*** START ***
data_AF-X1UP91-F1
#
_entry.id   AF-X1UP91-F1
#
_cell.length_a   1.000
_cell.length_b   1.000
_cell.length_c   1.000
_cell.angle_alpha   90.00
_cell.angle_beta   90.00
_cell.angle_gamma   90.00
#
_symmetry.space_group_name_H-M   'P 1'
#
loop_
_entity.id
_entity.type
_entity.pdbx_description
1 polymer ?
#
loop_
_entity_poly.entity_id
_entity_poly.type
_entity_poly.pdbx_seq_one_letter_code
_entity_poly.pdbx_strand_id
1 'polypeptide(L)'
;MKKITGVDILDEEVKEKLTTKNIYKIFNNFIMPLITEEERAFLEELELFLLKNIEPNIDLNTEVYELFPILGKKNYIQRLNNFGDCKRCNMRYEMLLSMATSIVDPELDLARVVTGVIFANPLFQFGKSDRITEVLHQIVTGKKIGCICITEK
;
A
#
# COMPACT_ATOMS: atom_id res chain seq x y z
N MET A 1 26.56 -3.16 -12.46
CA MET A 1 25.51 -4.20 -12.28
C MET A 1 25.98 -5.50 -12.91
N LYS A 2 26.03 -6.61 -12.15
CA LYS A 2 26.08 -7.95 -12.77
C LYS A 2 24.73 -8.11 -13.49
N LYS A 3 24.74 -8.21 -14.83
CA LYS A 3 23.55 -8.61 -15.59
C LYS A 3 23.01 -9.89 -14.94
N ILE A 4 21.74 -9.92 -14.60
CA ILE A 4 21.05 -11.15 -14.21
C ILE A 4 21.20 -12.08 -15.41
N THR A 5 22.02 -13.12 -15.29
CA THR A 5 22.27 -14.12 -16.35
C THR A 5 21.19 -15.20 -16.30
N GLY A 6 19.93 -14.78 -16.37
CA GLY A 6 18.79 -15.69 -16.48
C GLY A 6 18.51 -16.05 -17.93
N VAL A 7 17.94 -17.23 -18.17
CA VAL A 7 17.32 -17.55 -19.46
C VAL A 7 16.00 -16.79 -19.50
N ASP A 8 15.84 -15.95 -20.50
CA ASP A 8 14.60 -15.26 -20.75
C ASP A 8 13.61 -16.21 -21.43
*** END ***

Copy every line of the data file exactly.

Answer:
data_AF-X1UP91-F1
#
_entry.id   AF-X1UP91-F1
#
_cell.length_a   1.000
_cell.length_b   1.000
_cell.length_c   1.000
_cell.angle_alpha   90.00
_cell.angle_beta   90.00
_cell.angle_gamma   90.00
#
_symmetry.space_group_name_H-M   'P 1'
#
loop_
_entity.id
_entity.type
_entity.pdbx_description
1 polymer ?
#
loop_
_entity_poly.entity_id
_entity_poly.type
_entity_poly.pdbx_seq_one_letter_code
_entity_poly.pdbx_strand_id
1 'polypeptide(L)'
;MKKITGVDILDEEVKEKLTTKNIYKIFNNFIMPLITEEERAFLEELELFLLKNIEPNIDLNTEVYELFPILGKKNYIQRLNNFGDCKRCNMRYEMLLSMATSIVDPELDLARVVTGVIFANPLFQFGKSDRITEVLHQIVTGKKIGCICITEK
;
A
#
# COMPACT_ATOMS: atom_id res chain seq x y z
N MET A 1 26.56 -3.16 -12.46
CA MET A 1 25.51 -4.20 -12.28
C MET A 1 25.98 -5.50 -12.91
N LYS A 2 26.03 -6.61 -12.15
CA LYS A 2 26.08 -7.95 -12.77
C LYS A 2 24.73 -8.11 -13.49
N LYS A 3 24.74 -8.21 -14.83
CA LYS A 3 23.55 -8.61 -15.59
C LYS A 3 23.01 -9.89 -14.94
N ILE A 4 21.74 -9.92 -14.60
CA ILE A 4 21.05 -11.15 -14.21
C ILE A 4 21.20 -12.08 -15.41
N THR A 5 22.02 -13.12 -15.29
CA THR A 5 22.27 -14.12 -16.35
C THR A 5 21.19 -15.20 -16.30
N GLY A 6 19.93 -14.78 -16.37
CA GLY A 6 18.79 -15.69 -16.48
C GLY A 6 18.51 -16.05 -17.93
N VAL A 7 17.94 -17.23 -18.17
CA VAL A 7 17.32 -17.55 -19.46
C VAL A 7 16.00 -16.79 -19.50
N ASP A 8 15.84 -15.95 -20.50
CA ASP A 8 14.60 -15.26 -20.75
C ASP A 8 13.61 -16.21 -21.43